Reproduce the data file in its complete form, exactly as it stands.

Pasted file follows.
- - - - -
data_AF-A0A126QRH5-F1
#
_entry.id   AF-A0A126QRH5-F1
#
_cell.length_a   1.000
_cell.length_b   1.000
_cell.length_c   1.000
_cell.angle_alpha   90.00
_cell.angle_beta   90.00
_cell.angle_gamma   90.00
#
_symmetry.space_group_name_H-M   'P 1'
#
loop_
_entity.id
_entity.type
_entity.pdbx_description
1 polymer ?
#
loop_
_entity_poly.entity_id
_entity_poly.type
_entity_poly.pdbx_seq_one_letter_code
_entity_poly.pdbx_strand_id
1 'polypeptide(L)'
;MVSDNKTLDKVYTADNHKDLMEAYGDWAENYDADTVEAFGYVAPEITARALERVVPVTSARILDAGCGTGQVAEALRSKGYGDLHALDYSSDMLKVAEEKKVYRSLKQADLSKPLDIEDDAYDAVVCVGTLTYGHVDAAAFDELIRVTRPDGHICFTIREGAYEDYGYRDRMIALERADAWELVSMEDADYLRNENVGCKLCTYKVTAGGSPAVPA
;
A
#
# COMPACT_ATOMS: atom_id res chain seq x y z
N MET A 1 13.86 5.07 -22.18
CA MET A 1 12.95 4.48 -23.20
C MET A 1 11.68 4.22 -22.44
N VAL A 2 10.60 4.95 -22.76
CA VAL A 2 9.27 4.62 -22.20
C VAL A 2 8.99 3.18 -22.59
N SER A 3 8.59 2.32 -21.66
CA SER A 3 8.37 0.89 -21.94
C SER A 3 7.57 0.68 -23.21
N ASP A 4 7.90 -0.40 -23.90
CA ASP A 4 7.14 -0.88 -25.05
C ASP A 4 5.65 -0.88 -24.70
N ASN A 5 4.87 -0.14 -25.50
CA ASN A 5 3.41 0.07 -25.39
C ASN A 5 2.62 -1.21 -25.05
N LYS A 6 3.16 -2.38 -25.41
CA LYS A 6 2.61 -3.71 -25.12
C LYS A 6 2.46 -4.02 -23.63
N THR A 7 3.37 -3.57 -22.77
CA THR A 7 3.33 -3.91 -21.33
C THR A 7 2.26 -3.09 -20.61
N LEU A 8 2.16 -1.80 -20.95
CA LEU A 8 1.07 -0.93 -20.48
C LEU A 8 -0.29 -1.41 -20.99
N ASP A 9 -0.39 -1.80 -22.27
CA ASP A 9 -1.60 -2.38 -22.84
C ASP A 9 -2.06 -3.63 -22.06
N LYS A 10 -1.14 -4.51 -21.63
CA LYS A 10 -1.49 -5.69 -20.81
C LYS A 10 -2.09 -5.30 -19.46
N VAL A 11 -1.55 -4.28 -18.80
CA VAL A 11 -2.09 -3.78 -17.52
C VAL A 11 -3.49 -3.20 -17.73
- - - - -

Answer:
data_AF-A0A126QRH5-F1
#
_entry.id   AF-A0A126QRH5-F1
#
_cell.length_a   1.000
_cell.length_b   1.000
_cell.length_c   1.000
_cell.angle_alpha   90.00
_cell.angle_beta   90.00
_cell.angle_gamma   90.00
#
_symmetry.space_group_name_H-M   'P 1'
#
loop_
_entity.id
_entity.type
_entity.pdbx_description
1 polymer ?
#
loop_
_entity_poly.entity_id
_entity_poly.type
_entity_poly.pdbx_seq_one_letter_code
_entity_poly.pdbx_strand_id
1 'polypeptide(L)'
;MVSDNKTLDKVYTADNHKDLMEAYGDWAENYDADTVEAFGYVAPEITARALERVVPVTSARILDAGCGTGQVAEALRSKGYGDLHALDYSSDMLKVAEEKKVYRSLKQADLSKPLDIEDDAYDAVVCVGTLTYGHVDAAAFDELIRVTRPDGHICFTIREGAYEDYGYRDRMIALERADAWELVSMEDADYLRNENVGCKLCTYKVTAGGSPAVPA
;
A
#
# COMPACT_ATOMS: atom_id res chain seq x y z
N MET A 1 13.86 5.07 -22.18
CA MET A 1 12.95 4.48 -23.20
C MET A 1 11.68 4.22 -22.44
N VAL A 2 10.60 4.95 -22.76
CA VAL A 2 9.27 4.62 -22.20
C VAL A 2 8.99 3.18 -22.59
N SER A 3 8.59 2.32 -21.66
CA SER A 3 8.37 0.89 -21.94
C SER A 3 7.57 0.68 -23.21
N ASP A 4 7.90 -0.40 -23.90
CA ASP A 4 7.14 -0.88 -25.05
C ASP A 4 5.65 -0.88 -24.70
N ASN A 5 4.87 -0.14 -25.50
CA ASN A 5 3.41 0.07 -25.39
C ASN A 5 2.62 -1.21 -25.05
N LYS A 6 3.16 -2.38 -25.41
CA LYS A 6 2.61 -3.71 -25.12
C LYS A 6 2.46 -4.02 -23.63
N THR A 7 3.37 -3.57 -22.77
CA THR A 7 3.33 -3.91 -21.33
C THR A 7 2.26 -3.09 -20.61
N LEU A 8 2.16 -1.80 -20.95
CA LEU A 8 1.07 -0.93 -20.48
C LEU A 8 -0.29 -1.41 -20.99
N ASP A 9 -0.39 -1.80 -22.27
CA ASP A 9 -1.60 -2.38 -22.84
C ASP A 9 -2.06 -3.63 -22.06
N LYS A 10 -1.14 -4.51 -21.63
CA LYS A 10 -1.49 -5.69 -20.81
C LYS A 10 -2.09 -5.30 -19.46
N VAL A 11 -1.55 -4.28 -18.80
CA VAL A 11 -2.09 -3.78 -17.52
C VAL A 11 -3.49 -3.20 -17.73